Gio Gonzalez
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Report: Gio González to opt out of contract with Yankees

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Yankees left-hander Gio González intends to opt out of his contract, per multiple reports from MLB.com’s Mark Feinsand and ESPN’s Jeff Passan. While the Yankees will have 48 hours to add González to the active roster after he does so, the prevailing expectation is that they’ll hand him his release instead.

González, 33, inked a minor-league deal with the team in mid-March, after which he had just enough time to log a single outing in spring training. He stands to earn a $3 million salary if the Yankees elect to add him to the 25-man roster, with additional bonuses of $300,000 pending each start he makes after that.

So far this season, however, the veteran southpaw has done little to inspire a call-up after pitching to mixed results in Triple-A Scranton/Wilkes-Barre. He issued 10 runs, six walks, and 19 strikeouts over his first 15 innings in the minors, and missed his last chance to pitch for Scranton (and plead his case to the Yankees) after Friday’s game was rained out. Perhaps unsurprisingly, he then fired his agent, Scott Boras, and hired representation from CAA Baseball instead.

Still, it’s unlikely that this situation will turn out in González’s favor. There’s no doubt that he could boost his numbers to something resembling the 4.00-ERA, 2.0-fWAR results he produced for the Nationals and Brewers last year, but the Yankees are unlikely to take such an expensive gamble on the lefty right now, especially with a rotation that needs little improvement. According to FanGraphs, New York’s combo of James Paxton, Masahiro Tanaka, J.A. Happ, CC Sabathia, and Domingo Germán currently ranks among the top 10 rotations in the majors with a cumulative 3.77 ERA and 2.0 fWAR — totals that González would be hard-pressed to improve on.

The Giants are winning but they’re still gonna sell

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The state of baseball in general, the state of the National League in particular and the state of the San Francisco Giants as a competitor are conspiring to create what seems like at least a mildly absurd situation.

The Giants, a veteran-laden team that, as recently as this past offseason but definitely within the past couple of years, were at least talking about being on a win-now footing, just swept a four-game series, have won five straight games and have won 12 of 14 to pull themselves to within two and a half games of a playoff spot.

Yet, that’s all for temporary show, because they’re about to sell off. At least according to Jeff Passan at ESPN. Giants president Farhan Zaidi tried to push back on that in a radio interview yesterday, denying that the club has foreclosed the possibility of a postseason push, but I’m not really buying that and I don’t think most people are.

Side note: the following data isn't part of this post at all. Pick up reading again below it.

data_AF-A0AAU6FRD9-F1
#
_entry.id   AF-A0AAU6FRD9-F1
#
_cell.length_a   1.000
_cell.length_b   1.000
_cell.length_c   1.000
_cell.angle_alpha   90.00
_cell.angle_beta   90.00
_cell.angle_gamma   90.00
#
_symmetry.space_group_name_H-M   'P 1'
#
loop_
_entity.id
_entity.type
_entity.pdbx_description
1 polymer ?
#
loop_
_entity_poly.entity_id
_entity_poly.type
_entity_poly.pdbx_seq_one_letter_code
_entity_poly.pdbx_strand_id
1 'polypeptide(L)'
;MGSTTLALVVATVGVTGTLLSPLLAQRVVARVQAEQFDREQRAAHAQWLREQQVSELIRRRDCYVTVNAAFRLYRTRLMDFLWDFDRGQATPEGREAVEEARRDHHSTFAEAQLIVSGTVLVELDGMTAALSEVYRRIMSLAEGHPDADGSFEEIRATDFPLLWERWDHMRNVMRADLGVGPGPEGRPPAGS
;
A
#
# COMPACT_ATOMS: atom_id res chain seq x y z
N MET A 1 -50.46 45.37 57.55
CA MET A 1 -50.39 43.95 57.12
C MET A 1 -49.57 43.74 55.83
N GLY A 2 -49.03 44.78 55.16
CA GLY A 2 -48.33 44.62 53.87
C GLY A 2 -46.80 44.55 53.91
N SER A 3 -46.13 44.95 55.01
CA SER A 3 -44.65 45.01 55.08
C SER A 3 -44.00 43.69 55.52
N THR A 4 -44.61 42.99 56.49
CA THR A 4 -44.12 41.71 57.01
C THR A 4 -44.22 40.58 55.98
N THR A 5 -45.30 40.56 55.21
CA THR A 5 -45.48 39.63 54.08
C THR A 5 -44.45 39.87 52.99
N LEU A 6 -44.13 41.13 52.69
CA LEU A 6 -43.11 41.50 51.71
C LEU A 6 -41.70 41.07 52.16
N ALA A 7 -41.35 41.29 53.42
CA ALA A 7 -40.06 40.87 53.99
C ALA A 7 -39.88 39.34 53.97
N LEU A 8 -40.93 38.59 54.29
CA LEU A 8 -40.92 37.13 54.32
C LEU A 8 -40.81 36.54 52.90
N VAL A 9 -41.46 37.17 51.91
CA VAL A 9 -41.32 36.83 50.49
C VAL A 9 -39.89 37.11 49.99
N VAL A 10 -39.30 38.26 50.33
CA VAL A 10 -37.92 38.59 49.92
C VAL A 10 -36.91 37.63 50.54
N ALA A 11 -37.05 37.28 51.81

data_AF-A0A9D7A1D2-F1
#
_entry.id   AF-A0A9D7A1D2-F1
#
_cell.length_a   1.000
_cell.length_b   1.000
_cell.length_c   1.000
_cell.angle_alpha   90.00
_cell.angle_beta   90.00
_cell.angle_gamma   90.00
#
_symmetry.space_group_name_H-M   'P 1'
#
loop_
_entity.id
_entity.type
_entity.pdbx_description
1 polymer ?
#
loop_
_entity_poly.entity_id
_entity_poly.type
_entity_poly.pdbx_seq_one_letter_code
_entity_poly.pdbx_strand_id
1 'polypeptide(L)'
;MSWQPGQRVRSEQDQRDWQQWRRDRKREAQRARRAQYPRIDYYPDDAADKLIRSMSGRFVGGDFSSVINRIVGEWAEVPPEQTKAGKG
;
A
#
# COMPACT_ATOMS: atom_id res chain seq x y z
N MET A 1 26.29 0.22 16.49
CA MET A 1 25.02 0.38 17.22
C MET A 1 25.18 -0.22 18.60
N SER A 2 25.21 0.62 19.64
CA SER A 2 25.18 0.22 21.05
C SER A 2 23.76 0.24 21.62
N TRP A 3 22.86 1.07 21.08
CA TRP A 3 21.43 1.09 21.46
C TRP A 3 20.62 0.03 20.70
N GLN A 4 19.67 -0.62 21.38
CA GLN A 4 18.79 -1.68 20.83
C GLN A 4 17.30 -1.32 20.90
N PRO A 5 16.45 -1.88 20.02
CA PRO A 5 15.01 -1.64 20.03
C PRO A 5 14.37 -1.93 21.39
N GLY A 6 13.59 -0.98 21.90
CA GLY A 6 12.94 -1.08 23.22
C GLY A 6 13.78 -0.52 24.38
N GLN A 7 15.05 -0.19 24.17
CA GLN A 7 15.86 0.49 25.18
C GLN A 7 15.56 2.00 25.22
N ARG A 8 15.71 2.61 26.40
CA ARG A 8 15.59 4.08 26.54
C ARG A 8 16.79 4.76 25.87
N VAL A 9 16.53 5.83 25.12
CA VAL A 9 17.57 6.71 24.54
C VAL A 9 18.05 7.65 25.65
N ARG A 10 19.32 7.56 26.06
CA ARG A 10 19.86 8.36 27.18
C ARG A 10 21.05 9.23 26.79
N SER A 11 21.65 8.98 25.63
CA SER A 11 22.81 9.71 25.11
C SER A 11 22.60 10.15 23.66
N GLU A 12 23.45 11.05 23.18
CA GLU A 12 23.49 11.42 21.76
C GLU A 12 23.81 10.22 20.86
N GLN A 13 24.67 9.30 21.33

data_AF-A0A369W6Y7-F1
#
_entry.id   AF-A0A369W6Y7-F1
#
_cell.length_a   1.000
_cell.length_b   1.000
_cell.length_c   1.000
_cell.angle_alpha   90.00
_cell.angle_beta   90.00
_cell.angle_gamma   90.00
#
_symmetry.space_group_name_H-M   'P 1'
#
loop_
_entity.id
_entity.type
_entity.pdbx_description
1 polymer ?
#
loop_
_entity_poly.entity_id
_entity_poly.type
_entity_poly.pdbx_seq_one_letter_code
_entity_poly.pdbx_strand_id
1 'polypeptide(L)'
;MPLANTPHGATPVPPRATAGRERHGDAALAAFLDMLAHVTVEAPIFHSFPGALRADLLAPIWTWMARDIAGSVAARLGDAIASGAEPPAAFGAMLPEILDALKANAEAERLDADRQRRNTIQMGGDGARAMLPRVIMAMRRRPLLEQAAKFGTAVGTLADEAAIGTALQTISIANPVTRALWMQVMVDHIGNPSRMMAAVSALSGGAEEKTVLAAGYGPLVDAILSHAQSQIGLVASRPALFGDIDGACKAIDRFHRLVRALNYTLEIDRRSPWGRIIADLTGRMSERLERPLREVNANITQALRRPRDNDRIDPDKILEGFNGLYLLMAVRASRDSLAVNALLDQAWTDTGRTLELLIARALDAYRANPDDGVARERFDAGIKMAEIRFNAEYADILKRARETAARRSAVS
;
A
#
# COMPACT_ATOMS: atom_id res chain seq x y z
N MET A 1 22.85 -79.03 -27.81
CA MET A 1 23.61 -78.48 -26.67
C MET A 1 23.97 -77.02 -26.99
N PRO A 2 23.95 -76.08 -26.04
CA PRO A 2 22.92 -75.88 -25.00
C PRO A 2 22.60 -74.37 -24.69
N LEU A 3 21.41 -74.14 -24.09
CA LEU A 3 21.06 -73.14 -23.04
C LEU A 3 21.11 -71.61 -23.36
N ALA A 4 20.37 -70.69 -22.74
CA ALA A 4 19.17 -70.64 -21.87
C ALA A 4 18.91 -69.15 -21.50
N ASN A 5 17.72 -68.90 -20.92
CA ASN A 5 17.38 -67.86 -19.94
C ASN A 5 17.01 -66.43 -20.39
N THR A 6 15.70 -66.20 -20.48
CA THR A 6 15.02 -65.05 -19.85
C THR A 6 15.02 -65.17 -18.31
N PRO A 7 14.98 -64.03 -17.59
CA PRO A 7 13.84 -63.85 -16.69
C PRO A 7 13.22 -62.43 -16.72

On one level it makes sense to ignore the recent surge and forge on with a rebuild. Sure, the Giants are winning but they’re not exactly good. They’re two and a half out of the Wild Card, but there are many teams ahead of them. There’s a lot of reason to think that they’re playing in good fortune right now and that that, rather than finding some extra gear of sustainable better play, is what’s to credit. Hot streaks can happen at any time but the trade deadline only comes once a year. When you have the best starter available in Madison Bumgarner and the best reliever available in Will Smith, you gotta make those deals. That’s what I’d probably do if I ran the Giants and I think that that’s, wisely, what Zaidi will do.

Still, it’s an odd look, less for the Giants specifically than for baseball as a whole. We may in an era of cheap front offices who don’t like to contend if it means spending money, but it’s unfair to paint the Giants with that brush. They’ve spent money and acquired talent and have done whatever they can to extend their 2010-2014 mini-dynasty a few more years and in doing so they’ve made a lot of fans happy. That team has pretty much reached the end and, even in an earlier, more competitive era, they’d not be properly criticized for starting in on a rebuild. Heck, they’d be excused if they had done it a year or two earlier, frankly.

But, because so many teams have punted on improving themselves, these aging Giants are at least superficially competitive. As such, when they do sell off in the coming days, it’ll look to some like they’re waving a white flag or something when they’re not really doing that. I mean, the Rockies and the Pirates, among other teams, should be much better than they are but didn’t seem all that interested in improving, thereby helping the Giants look better, right? It’s less a knock on the Giants for rebuilding when they’re within striking distance of the playoffs than it is on the rest of the league for allowing a team like the Giants to be within striking distance of a playoff spot.

But that’s where we are right now. An insanely competitive Wild Card race from teams that, on the whole, are rather unconcerned with being competitive. What a time to be a baseball fan.